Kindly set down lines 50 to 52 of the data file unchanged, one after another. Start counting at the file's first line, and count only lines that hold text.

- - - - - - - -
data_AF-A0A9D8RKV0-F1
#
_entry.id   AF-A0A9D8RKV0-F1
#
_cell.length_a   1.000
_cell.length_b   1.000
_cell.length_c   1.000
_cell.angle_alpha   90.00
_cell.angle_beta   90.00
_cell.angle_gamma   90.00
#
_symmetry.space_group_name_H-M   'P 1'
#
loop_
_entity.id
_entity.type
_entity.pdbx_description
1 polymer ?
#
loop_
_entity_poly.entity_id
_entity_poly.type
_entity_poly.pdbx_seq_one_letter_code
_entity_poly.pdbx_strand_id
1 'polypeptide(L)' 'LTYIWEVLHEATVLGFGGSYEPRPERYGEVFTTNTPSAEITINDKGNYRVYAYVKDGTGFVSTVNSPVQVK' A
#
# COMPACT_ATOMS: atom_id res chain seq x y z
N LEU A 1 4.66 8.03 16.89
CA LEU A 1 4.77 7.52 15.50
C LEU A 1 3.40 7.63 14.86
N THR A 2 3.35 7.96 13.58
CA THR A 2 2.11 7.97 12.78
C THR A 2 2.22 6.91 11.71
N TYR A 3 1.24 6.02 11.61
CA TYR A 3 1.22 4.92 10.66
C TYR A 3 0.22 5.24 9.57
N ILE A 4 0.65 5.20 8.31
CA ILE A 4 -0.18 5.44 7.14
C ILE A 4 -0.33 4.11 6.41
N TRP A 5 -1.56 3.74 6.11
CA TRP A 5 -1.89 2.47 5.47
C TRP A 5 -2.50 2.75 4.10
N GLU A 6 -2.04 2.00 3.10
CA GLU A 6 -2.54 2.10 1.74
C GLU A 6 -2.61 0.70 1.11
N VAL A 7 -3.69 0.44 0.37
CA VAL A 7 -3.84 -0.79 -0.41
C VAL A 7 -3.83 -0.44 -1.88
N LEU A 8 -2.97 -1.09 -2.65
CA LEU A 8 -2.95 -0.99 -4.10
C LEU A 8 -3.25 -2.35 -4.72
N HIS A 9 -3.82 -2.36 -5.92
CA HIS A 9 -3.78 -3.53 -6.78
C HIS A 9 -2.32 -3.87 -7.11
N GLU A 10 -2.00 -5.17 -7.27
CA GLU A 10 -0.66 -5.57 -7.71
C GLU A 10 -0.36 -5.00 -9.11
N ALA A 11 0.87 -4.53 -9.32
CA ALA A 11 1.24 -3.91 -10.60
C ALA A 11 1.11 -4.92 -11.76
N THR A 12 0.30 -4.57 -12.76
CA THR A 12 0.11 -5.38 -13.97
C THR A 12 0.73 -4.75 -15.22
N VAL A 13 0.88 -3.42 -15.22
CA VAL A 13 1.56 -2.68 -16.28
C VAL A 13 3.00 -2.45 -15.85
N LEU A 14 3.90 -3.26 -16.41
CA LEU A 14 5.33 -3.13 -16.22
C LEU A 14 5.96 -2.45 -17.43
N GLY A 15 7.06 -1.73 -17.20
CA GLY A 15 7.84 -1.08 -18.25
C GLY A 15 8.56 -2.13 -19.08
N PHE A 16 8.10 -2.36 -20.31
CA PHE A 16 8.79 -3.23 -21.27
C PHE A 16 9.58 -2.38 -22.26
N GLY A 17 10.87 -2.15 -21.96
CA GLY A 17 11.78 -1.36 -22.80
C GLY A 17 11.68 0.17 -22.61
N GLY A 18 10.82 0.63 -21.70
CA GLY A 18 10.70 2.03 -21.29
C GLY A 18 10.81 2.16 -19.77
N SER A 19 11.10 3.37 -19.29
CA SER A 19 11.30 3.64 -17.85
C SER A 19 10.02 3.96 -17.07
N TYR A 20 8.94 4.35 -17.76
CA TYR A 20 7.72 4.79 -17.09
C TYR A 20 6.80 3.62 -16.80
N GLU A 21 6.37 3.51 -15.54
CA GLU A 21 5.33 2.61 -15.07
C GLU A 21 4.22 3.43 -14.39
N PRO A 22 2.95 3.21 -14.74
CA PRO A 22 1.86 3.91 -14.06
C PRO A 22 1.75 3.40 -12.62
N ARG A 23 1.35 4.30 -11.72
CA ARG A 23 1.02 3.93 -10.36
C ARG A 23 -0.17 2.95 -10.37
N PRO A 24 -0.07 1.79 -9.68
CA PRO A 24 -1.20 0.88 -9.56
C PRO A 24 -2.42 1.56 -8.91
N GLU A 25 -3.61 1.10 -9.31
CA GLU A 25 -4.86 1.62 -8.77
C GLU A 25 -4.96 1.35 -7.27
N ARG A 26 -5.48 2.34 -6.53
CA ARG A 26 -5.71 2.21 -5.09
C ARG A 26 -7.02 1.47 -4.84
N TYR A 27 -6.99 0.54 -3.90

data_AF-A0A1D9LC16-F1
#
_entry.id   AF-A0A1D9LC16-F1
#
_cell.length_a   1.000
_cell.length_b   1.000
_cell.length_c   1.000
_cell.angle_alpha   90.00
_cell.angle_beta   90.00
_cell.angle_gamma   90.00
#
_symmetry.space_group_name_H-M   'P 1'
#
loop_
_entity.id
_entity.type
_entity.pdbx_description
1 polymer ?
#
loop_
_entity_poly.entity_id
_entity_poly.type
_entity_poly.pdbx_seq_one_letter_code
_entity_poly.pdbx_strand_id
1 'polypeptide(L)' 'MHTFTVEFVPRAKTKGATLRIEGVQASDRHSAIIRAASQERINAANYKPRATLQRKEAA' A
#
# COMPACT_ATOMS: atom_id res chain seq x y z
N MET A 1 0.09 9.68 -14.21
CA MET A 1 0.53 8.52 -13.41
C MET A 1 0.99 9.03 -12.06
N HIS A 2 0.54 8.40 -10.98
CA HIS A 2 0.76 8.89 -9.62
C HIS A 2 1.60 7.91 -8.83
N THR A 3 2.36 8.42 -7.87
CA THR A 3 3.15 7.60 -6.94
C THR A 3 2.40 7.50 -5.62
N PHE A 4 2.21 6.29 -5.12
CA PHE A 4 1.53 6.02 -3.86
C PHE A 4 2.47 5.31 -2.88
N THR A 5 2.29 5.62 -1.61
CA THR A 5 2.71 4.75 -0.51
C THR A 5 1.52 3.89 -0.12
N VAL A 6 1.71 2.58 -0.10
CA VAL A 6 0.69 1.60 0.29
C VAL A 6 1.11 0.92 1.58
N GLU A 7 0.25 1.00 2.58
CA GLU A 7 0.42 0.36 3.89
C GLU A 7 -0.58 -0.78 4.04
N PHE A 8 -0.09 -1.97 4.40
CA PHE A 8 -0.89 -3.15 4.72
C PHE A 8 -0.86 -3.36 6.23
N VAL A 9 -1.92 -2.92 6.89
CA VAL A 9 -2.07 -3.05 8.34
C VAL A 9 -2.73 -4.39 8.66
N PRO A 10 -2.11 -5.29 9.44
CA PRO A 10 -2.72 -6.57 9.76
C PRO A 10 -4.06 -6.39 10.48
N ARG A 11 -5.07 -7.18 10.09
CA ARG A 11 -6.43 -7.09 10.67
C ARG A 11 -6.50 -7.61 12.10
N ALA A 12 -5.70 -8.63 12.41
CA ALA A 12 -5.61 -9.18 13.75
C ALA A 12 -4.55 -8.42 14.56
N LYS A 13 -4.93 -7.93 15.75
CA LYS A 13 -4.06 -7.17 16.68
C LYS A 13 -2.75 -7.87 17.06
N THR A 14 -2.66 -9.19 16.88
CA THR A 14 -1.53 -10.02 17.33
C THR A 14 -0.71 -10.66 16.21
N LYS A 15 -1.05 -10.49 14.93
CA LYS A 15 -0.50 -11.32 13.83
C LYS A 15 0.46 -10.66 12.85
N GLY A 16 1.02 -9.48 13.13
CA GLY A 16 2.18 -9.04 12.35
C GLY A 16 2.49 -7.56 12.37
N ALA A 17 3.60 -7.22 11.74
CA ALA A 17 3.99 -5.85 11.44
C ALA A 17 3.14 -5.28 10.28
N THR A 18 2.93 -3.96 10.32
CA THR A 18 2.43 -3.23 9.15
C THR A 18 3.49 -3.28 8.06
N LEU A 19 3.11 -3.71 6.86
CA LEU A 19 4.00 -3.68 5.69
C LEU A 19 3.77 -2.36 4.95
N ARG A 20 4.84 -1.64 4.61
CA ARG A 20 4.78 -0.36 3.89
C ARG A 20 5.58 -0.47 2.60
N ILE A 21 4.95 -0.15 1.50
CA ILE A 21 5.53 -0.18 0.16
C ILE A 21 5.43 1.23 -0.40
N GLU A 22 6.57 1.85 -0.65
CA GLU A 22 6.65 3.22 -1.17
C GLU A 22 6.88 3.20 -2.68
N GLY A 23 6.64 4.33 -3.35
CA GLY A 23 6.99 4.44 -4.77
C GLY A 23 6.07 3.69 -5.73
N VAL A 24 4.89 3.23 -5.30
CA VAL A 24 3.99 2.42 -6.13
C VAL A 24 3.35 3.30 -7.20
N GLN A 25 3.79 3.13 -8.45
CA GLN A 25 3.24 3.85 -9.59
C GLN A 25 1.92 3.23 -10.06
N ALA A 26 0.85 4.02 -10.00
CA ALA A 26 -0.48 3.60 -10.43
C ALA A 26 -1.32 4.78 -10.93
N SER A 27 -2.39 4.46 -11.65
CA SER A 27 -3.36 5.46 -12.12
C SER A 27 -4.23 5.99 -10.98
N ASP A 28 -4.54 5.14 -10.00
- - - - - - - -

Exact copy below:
CA LEU A 8 -2.95 -0.99 -4.10
C LEU A 8 -3.25 -2.35 -4.72
N HIS A 9 -3.82 -2.36 -5.92